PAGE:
- The Washington Times - Tuesday, March 5, 2002

RICHMOND Republicans charged yesterday that Gov. Mark R. Warner was playing a "shell game" with millions of dollars from a key road-building fund, as negotiations over the $3.8 billion budget gap and tax referendums began in earnest.
"[Mr. Warners] budget doesn't solve our transportation challenges, it only makes them worse," Virginia Republican Party Chairman Gary Thompson said. "Under his plan, the Department of Transportation will have less net dollars to spend building roads."
Mr. Thompson and other Republicans said Mr. Warner wants to take $316 million out of the Transportation Trust Fund in the first year of the 2003-04 budget to fill the $3.8 billion hole and replace it with $280 million in funds that could come from voter-approved tax increases in Northern Virginia and Hampton Roads.
"On the one hand, Mark Warner encourages a tax increase to improve transportation, while on the other hand he is simultaneously stripping the fund of over $300 million," Mr. Thompson said.
Gov. James S. Gilmore III, a Republican, had wanted to take $653 million out of the road-building fund to meet expected shortfalls and replace the money with bonds and general fund revenues in later years.
"It was under Republican leadership that the [Virginia Department of Transportation] was plunged into a cash-flow crisis," Warner spokeswoman Ellen Qualls said.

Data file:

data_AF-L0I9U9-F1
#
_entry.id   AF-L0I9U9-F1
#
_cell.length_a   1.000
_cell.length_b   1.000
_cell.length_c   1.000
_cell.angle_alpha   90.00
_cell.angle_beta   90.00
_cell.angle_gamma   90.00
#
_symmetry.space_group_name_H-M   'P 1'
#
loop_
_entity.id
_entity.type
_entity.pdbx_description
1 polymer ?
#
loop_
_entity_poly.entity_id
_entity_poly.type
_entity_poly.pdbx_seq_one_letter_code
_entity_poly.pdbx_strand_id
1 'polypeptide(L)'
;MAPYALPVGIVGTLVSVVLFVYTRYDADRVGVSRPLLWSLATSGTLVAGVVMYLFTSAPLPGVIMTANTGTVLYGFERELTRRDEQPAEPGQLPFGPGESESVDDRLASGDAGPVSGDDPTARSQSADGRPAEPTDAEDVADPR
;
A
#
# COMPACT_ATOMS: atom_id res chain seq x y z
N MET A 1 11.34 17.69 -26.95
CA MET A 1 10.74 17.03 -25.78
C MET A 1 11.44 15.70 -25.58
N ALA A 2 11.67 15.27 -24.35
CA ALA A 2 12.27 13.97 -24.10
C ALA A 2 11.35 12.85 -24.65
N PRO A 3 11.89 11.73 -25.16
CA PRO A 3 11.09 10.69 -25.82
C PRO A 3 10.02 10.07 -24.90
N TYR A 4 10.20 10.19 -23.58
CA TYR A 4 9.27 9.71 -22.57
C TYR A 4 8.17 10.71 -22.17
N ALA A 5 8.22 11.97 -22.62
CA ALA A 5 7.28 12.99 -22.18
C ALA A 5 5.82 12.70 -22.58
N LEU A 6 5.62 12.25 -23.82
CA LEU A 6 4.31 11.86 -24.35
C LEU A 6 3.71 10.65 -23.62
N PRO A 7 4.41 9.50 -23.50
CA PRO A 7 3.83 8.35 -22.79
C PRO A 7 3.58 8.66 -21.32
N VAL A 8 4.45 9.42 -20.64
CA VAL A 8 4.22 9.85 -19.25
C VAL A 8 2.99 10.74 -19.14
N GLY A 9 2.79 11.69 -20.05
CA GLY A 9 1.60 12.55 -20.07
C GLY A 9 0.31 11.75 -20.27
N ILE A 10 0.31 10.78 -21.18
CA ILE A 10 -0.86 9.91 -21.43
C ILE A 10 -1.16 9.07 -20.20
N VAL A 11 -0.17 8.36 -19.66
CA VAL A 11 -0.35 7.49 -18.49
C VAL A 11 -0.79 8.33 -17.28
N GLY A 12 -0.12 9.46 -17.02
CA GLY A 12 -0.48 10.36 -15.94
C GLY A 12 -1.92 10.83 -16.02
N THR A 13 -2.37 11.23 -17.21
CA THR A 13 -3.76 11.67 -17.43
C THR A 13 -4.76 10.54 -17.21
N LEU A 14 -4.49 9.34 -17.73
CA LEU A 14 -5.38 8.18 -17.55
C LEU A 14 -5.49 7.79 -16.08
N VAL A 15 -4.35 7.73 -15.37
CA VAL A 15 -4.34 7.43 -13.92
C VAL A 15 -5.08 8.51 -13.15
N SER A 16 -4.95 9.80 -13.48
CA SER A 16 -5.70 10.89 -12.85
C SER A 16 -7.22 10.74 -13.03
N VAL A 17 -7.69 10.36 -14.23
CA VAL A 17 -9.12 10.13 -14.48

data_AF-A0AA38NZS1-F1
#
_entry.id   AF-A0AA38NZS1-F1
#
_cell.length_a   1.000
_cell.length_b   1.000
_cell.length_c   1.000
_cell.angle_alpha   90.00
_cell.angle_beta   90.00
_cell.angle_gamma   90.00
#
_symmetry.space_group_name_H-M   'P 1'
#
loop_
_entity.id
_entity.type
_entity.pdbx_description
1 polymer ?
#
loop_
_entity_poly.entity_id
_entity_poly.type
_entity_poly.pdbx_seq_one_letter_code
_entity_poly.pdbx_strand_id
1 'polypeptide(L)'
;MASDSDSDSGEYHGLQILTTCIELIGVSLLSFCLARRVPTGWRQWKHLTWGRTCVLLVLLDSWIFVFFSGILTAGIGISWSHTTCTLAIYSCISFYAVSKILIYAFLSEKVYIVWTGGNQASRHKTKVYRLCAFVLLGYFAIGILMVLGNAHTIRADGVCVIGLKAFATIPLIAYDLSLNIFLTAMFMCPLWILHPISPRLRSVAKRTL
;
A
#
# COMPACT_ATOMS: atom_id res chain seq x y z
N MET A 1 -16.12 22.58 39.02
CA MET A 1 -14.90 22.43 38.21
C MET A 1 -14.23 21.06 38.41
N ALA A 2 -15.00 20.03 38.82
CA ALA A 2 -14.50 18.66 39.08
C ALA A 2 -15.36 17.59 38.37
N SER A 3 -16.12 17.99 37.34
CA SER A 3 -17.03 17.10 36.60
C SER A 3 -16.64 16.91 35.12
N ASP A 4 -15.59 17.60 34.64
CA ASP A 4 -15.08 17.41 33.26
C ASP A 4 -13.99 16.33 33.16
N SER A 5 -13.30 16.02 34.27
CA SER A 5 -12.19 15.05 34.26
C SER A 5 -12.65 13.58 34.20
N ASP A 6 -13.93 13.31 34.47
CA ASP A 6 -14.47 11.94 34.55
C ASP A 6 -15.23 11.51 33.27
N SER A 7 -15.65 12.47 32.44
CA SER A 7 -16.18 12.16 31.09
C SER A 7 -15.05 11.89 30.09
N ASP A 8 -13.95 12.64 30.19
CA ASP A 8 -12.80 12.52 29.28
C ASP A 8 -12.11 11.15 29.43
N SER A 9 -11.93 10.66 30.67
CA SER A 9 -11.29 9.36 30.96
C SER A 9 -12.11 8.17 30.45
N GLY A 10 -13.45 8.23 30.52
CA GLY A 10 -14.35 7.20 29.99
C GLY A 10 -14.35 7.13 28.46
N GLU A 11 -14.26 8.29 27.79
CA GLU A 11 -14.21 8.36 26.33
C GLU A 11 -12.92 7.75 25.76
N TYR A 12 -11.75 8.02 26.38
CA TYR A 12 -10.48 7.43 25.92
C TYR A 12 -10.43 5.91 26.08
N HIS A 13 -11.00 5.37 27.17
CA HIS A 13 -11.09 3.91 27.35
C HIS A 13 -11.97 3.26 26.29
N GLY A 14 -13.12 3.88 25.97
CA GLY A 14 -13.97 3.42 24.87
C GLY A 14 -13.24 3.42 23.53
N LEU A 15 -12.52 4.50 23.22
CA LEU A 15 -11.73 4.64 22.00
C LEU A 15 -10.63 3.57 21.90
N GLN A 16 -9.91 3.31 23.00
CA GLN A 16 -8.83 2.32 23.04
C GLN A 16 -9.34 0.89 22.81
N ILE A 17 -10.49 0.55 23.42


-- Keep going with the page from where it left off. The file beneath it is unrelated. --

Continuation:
The budget plans by Mr. Warner and the Senate call for the $316 million to be replaced with bonds and future transportation dollars from the federal government.
The House of Delegates' budget plan, however, does not take out any of the money. Instead, the House makes dramatic cuts to education and health care to make up the difference moves that are unacceptable to the governor, Miss Qualls said.
The transportation fund has been one of the main sticking points in closed-door negotiations between Senate and House negotiators.
"That's the focus of the debate," said Delegate John A. Rollison III, Prince William Republican and House Transportation Committee chairman. Mr. Rollison said "raiding" the transportation fund was not an option.
Delegate Thelma Drake said the Warner administration has complained that VDOT is broke, but continues to drain money from the agency.
"They are saying everything is broken, but they are the ones who are asking us to take money out of the trust fund," said Mrs. Drake, Norfolk Republican.
Delegate J. Chapman Petersen, Fairfax Republican, said he cannot understand why the transportation fund should be a sacred cow while social services are cut.
Meanwhile, a proposal by Sen. Richard L. Saslaw, Fairfax Democrat, that would redistribute money raised by a Northern Virginia income-tax referendum for education to poorer areas of the state passed out of the Senate Finance Committee 7-5.
The legislation is not expected to go much further, though, as both the House and Senate conference committee members seem ready to dig in their heels. One of the conference committees is expected to meet this morning to try to resolve differences in the bills.
The only consensus that may come out of the closed-door meeting is that Northern Virginia should get a referendum that, if approved, would increase the sales tax from 4.5 cents to 5 cents to pay for $2.3 billion in transportation projects.